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Galileo IOV disassembled.jpg
Internal components of a disassembled Galileo IOV

Galileo IOV Satellite Failure Mystery Still Unsolved

Not the onboard clock, perhaps solid state power amplifer component

Could represent single-point failure mode
July 11, 2014

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[Updated June 16, 2014] Sources in Brussels say the recently reported “power loss” that threatens to end the brief transmission life of Galileo GSAT0104, the fourth Galileo in-orbit validation (IOV) satellite, has nothing to do with the onboard atomic clocks, but could have been caused by a failure in the components linked to the solid-state power amplifier (SSPA), including the output multiplexer, cables and/or antenna.

The spacecraft, one of four Galileo IOV satellites in orbit, went offline on May 27 at 12:30 UTC and will be "unavailable until further notice," according to a Notice Advisory to Galileo Users (NAGU 2014014) posted by the European GNSS Service Center (EGSC). Launched on October 12, 2012, the satellite is named "Sif" after a Danish child who took part in a European Commission's Galileo children's drawing competition.

On July 11, the EGSC issued NAGUs announcing that due to a "planned partial outage" the other three IOV satellites would be unavailable for use beginning yesterday and continuing until July 25.

Earlier news reports suggested that a failure of the hydrogen maser could have caused the outage, but GSAT0104 actually uses a rubidium atomic frequency standard to generate its time. In any case, satellite experts says that the satellite's clock is not behind the failure.

An investigation to determine the cause of the problem is still ongoing, but sources who wish to remain anonymous say that all of these SSPA-related components are non-redundant, meaning they could be responsible for a so-called “single-point failure.” Should the investigation identify any of these as the cause of the problem, there will be little or nothing that can be done to fix it. So the risk of a total loss of one IOV satellite, although not yet confirmed, is real, they say.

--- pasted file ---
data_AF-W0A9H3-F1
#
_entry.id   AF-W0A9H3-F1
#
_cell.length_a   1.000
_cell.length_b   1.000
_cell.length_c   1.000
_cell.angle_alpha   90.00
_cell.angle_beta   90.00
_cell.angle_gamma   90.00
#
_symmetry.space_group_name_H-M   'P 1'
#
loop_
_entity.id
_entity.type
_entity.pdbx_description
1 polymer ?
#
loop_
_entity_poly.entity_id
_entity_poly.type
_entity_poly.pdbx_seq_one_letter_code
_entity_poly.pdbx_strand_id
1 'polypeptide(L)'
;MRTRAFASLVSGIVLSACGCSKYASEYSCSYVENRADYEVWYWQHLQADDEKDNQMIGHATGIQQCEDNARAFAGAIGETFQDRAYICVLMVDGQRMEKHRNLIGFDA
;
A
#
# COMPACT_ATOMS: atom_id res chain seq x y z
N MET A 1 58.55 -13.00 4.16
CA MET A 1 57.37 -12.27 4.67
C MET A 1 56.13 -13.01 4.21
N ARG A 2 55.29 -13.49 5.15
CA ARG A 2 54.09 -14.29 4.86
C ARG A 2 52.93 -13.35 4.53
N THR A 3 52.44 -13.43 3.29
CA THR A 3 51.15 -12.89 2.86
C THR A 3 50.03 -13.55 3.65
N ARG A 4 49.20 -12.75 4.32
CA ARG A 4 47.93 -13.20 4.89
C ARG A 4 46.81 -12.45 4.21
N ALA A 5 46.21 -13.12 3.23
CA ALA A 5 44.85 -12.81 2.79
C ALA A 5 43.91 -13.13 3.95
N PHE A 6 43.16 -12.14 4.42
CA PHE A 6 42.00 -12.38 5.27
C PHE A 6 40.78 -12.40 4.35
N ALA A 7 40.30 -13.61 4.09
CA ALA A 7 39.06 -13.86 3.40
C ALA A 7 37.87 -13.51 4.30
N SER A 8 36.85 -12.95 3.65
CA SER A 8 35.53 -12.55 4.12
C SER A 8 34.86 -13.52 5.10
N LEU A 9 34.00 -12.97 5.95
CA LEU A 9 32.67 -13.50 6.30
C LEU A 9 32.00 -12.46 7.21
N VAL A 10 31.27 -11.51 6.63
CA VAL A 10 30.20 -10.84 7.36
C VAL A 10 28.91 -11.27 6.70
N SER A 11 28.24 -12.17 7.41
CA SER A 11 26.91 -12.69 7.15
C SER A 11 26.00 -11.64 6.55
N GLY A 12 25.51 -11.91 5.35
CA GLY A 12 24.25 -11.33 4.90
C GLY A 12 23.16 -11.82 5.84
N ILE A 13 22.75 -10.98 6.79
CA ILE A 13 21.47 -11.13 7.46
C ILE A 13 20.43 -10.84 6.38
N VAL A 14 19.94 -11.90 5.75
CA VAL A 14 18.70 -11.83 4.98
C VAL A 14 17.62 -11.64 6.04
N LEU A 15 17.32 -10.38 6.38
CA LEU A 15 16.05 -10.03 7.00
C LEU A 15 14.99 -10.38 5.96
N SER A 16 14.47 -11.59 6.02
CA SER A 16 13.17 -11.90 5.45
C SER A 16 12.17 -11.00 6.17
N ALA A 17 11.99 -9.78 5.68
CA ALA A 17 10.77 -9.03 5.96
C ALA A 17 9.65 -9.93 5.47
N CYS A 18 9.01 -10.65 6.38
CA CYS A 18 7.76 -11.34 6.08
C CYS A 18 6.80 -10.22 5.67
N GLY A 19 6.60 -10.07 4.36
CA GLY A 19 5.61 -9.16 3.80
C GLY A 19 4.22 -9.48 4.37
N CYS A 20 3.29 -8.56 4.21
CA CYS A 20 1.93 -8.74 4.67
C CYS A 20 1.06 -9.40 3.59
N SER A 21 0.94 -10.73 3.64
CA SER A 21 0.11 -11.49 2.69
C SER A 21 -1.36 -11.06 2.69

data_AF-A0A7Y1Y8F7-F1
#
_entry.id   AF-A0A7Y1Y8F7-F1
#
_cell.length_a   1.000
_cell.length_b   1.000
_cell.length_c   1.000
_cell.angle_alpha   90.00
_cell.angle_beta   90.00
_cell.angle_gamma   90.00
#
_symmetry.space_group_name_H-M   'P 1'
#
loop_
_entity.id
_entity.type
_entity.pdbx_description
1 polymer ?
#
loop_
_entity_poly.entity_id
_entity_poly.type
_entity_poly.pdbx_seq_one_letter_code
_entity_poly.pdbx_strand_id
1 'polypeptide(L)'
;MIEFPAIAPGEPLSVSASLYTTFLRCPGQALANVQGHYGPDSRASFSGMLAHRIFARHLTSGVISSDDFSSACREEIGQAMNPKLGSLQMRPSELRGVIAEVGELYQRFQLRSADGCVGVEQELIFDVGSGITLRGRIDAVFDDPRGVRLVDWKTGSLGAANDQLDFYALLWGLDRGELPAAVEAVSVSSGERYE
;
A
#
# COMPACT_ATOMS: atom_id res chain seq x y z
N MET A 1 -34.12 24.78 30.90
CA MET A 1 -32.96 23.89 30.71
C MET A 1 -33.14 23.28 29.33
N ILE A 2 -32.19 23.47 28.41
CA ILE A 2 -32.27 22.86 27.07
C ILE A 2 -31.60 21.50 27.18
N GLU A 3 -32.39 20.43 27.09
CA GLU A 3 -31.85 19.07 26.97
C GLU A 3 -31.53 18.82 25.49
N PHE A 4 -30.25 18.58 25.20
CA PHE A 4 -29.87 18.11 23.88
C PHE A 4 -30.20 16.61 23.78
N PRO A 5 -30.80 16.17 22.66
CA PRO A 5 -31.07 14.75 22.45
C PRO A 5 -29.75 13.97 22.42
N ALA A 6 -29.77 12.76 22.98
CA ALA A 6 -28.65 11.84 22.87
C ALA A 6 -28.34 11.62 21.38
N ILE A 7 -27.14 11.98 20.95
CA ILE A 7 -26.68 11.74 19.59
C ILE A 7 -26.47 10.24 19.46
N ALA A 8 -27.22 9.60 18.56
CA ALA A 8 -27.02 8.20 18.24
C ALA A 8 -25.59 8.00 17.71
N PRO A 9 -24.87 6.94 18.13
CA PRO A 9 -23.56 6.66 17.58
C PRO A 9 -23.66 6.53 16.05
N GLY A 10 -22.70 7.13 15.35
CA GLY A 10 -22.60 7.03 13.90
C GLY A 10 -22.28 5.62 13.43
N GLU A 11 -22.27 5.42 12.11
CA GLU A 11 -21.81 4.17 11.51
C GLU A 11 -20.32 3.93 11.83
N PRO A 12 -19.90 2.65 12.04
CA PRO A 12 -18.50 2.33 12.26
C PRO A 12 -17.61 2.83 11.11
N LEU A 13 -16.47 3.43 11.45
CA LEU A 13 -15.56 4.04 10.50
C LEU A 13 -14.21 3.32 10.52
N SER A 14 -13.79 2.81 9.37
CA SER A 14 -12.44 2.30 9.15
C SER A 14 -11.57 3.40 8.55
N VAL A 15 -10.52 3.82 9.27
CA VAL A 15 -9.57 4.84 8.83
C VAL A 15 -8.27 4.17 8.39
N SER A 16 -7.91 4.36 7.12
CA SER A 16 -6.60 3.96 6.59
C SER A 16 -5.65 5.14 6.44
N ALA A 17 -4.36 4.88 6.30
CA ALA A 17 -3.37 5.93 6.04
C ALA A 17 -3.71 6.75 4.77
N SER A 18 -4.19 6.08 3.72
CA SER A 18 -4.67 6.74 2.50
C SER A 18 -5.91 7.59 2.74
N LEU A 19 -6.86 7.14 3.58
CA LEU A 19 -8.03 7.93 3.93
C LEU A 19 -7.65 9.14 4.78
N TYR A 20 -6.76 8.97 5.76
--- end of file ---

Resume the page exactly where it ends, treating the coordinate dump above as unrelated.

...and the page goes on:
Although a silver lining is certainly hard to find in faltering hardware whose value in terms of labor, material, and political clout is enormous, sources who spoke with Inside GNSS are quick to point out that the next Galileo satellites in line for launch, built by OHB-System, feature a substantially different payload design, compared to the faulty Astrium-built satellite now in orbit.

News of the potential total loss of the Galileo IOV spacecraft has certainly shaken the EU/ESA team and will provide new fuel for detractors, but Galileo yea-sayers don’t appear ready to throw in the towel. A strong feeling persists in Brussels that despite this latest as yet unidentified technical problem, the need for a European GNSS, i.e., Galileo, is more pressing than ever, for two reasons, proponents say:

·      First, the massive Glonass outages in April showed that GNSS is potentially vulnerable, but that a multi-constellation approach can circumvent the problem at user level. Under the European Commission’s plan, a dedicated service-provision organization, the European GNSSS Agency (GSA), will be charged with guaranteeing the continuity, reliability, and affordability of the Galileo service.

·      Second, for political reasons, Russia and China have been tightening their cooperation arrangements; the “Western world,” say our sources, needs to complement GPS with another GNSS, including for military purposes.

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